What was supposed to be a Chanukah week of joy and happiness has in fact been challenging and difficult. On the very holiday celebrating our liberation from the Syrian Greeks occupying our most sacred space, Har HaBayis, the Temple Mount, the UN Security Council passed a resolution declaring that we are in fact illegally occupying the very location of our miracle. Acutely painful was the abstention from the vote by Israel’s closest ally in the world, who participated in — if not outright orchestrated — the ambush and betrayal. That pain was compounded by the lopsided, unfair, historically inaccurate rebuke of Israel by the Secretary of State before the entire world.
I think these events have been particularly agonizing because they represent a harsh wake-up call to the reality that as much as things have changed over time, they have by and large stayed the same. Israel may contribute to global medical and technological advances, may be the first to arrive at humanitarian disasters, may be a beacon of democracy and human rights in a region devoid of either, but at the end of the day, the prophecy of, “Hein am levadad yishkon, they are a nation that will dwell alone,” remains true. The vote was 14-0, with our greatest ally abstaining. That is the epitome of levadad yishkon, isolation and solitude.
As excruciating as these developments have been, they were predicted and prophesized. While we should never stop fighting anti-Israel activism, standing up for truth, justice, and our beloved Israel, we should stop allowing ourselves to be lulled into the fantasy that Israel or the Jewish people will be treated more fairly now that we have a modern state, than we have as a people throughout our long and mostly lonely history.
The Torah predicted our adversaries and opponents from without. What has made this Chanukah particularly challenging has been our adversaries and antagonists from within. The last few weeks have seen prominent scandals and arrests involving observant Jews, including the second largest hedge fund fraud in history. In the week in which we light our Menorahs to dispel the darkness and illuminate the world, our light and our sacred mission have been dimmed by these heinous alleged crimes and the great desecration of God’s name that has resulted.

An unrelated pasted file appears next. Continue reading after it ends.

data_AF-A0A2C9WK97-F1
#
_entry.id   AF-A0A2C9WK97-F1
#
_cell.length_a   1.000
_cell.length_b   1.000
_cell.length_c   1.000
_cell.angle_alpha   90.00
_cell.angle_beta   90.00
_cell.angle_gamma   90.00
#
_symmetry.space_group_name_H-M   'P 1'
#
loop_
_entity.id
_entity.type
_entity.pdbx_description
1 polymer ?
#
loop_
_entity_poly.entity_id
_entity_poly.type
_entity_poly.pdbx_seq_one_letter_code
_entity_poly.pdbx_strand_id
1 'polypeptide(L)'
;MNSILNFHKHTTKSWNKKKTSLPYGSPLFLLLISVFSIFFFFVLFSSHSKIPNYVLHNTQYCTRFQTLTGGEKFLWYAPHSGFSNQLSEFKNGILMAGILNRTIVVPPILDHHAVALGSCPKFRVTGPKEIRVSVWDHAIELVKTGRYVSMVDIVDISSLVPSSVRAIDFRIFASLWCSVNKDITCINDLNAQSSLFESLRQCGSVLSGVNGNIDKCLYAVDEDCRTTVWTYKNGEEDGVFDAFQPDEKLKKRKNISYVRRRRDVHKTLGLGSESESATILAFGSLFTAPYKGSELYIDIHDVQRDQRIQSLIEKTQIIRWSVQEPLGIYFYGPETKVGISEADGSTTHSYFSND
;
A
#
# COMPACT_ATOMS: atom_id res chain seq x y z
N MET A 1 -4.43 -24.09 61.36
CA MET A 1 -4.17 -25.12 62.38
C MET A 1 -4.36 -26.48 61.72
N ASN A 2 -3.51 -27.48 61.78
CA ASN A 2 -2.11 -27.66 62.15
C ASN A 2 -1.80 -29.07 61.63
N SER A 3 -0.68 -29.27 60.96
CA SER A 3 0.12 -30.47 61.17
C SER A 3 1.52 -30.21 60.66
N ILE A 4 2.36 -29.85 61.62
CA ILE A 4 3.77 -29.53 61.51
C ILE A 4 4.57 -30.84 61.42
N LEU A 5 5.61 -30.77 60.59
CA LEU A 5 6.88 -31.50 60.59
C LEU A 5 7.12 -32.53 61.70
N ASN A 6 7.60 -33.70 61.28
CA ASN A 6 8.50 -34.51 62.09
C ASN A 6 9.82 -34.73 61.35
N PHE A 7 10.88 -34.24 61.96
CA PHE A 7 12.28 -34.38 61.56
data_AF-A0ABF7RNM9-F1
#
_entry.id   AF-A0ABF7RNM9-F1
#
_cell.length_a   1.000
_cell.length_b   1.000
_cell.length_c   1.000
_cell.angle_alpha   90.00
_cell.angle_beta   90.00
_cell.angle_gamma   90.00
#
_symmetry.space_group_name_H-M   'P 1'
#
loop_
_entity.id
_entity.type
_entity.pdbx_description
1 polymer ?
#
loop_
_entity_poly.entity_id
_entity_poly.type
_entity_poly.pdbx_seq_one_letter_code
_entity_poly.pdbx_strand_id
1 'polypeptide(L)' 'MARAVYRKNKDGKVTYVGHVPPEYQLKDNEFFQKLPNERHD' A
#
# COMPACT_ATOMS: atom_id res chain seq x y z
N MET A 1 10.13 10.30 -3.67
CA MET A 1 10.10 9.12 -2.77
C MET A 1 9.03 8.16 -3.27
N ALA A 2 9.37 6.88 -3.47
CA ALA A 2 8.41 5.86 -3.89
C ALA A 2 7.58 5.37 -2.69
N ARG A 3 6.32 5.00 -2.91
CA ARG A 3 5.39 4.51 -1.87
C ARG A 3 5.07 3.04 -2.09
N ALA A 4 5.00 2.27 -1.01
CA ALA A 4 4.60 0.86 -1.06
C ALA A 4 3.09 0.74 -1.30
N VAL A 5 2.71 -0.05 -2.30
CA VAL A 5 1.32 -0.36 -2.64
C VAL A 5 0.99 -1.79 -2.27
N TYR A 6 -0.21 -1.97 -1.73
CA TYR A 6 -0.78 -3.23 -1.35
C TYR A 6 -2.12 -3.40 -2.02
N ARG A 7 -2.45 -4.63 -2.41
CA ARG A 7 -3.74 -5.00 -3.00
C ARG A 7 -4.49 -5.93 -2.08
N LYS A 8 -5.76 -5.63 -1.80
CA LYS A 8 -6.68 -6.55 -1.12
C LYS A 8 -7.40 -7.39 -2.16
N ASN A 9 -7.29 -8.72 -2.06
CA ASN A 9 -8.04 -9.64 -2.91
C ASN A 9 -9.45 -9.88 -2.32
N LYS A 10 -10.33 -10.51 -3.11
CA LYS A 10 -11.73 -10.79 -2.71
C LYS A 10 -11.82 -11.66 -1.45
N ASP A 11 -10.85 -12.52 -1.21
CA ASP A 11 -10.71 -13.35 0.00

We cannot control the enemies that rise from without, but we can and must stop being our own worst enemies from within. We have a mission and mandate to model for the world a life of values, guided by ethical principles and lived with kindness, dignity, integrity, and sanctity. Following each headline featuring a scandal, we must redouble our efforts to offset the damage by making positive impressions and conducting ourselves in ways that will bring all with whom we interact to appreciate the Ribono Shel Olam, the Master of the Universe, and to jump on board to perfect His world.
Opportunities for Kiddush Hashem, sanctifying God’s name, are all around us. Just this week, Mr. Hershel Waldner, a Chassidic employee of B&H in Manhattan added great light to the world and helped offset the darkness with a generous act of lovingkindness. He was walking in Manhattan when he found a wallet with a driver’s license, credit cards, and cash, but no contact information other than a business card with a handwritten phone number on the back. Mr. Waldner called it and the man who answered was the boss of the wallet’s owner, who was in New York for a few days of vacation. The boss put them in touch and the stranger came to B&H Photo to retrieve his wallet with great gratitude and appreciation.
We don’t all discover wallets and aren’t presented with prospects for acts of Kiddush Hashem that will make it to the newspapers, but we do have daily opportunities to advance the mission. Here are a few to consider, particularly during this season of the year:
- I have not formally studied the subject, but it stands to reason that, on average, there is more garbage picked up after the weekend outside Observant Jewish homes than from our neighbors. We have all seen the multiple garbage cans plus overflow bags following each Yom Tov, let alone a three-day holiday. Wouldn’t it be amazing if every observant Jewish family tipped their sanitation workers once a year and communicated gratitude for literally handling our garbage? The same goes for the people who deliver our mail. True, they are paid, but so are many of us who still appreciate gestures of appreciation.